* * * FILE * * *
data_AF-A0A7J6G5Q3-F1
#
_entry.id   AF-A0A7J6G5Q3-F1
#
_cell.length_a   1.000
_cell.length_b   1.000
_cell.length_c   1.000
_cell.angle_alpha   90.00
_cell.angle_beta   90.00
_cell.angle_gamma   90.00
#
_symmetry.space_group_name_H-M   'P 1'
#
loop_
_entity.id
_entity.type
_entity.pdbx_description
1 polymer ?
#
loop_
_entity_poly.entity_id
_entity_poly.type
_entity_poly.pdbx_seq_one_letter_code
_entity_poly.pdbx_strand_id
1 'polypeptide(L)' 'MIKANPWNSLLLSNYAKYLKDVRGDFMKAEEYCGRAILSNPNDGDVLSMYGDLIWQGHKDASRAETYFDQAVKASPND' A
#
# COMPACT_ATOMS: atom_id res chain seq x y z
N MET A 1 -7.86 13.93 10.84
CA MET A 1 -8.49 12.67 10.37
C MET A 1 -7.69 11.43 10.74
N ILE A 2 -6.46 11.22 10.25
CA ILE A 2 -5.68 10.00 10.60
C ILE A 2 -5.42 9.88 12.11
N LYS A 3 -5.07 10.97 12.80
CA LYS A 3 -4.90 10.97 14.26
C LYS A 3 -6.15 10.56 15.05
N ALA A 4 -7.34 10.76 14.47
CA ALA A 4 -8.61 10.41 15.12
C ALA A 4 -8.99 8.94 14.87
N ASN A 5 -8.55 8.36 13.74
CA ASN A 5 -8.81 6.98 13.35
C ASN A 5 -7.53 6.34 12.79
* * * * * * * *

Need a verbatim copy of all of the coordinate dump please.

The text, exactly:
data_AF-A0A7J6G5Q3-F1
#
_entry.id   AF-A0A7J6G5Q3-F1
#
_cell.length_a   1.000
_cell.length_b   1.000
_cell.length_c   1.000
_cell.angle_alpha   90.00
_cell.angle_beta   90.00
_cell.angle_gamma   90.00
#
_symmetry.space_group_name_H-M   'P 1'
#
loop_
_entity.id
_entity.type
_entity.pdbx_description
1 polymer ?
#
loop_
_entity_poly.entity_id
_entity_poly.type
_entity_poly.pdbx_seq_one_letter_code
_entity_poly.pdbx_strand_id
1 'polypeptide(L)' 'MIKANPWNSLLLSNYAKYLKDVRGDFMKAEEYCGRAILSNPNDGDVLSMYGDLIWQGHKDASRAETYFDQAVKASPND' A
#
# COMPACT_ATOMS: atom_id res chain seq x y z
N MET A 1 -7.86 13.93 10.84
CA MET A 1 -8.49 12.67 10.37
C MET A 1 -7.69 11.43 10.74
N ILE A 2 -6.46 11.22 10.25
CA ILE A 2 -5.68 10.00 10.60
C ILE A 2 -5.42 9.88 12.11
N LYS A 3 -5.07 10.97 12.80
CA LYS A 3 -4.90 10.97 14.26
C LYS A 3 -6.15 10.56 15.05
N ALA A 4 -7.34 10.76 14.47
CA ALA A 4 -8.61 10.41 15.12
C ALA A 4 -8.99 8.94 14.87
N ASN A 5 -8.55 8.36 13.74
CA ASN A 5 -8.81 6.98 13.35
C ASN A 5 -7.53 6.34 12.79